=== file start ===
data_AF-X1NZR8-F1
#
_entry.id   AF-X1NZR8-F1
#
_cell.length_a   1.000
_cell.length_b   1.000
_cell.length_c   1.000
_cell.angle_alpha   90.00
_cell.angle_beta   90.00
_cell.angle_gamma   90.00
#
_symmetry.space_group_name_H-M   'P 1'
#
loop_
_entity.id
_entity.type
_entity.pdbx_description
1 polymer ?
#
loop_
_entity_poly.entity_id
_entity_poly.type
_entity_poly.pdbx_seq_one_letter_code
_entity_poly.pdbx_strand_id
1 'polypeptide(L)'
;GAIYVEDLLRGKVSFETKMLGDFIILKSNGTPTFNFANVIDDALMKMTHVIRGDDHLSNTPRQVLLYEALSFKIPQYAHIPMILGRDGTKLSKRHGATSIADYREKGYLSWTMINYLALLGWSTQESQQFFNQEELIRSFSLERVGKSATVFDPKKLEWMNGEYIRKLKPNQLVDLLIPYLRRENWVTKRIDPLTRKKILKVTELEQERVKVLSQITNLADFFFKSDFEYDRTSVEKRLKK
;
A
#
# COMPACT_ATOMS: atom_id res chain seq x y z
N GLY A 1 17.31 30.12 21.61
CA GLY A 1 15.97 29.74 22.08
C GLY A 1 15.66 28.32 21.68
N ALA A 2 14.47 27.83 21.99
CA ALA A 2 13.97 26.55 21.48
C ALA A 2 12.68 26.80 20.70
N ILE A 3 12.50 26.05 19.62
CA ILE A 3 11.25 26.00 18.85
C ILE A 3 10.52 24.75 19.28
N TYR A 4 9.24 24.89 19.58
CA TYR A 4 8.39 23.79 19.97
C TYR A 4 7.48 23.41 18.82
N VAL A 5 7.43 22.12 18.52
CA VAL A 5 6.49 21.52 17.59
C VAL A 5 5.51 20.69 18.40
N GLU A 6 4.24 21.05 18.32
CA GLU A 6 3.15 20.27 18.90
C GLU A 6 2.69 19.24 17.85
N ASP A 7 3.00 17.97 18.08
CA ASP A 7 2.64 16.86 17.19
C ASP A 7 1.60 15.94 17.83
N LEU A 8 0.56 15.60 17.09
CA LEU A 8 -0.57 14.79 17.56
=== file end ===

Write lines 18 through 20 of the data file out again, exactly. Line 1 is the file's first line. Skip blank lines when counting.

1 polymer ?
#
loop_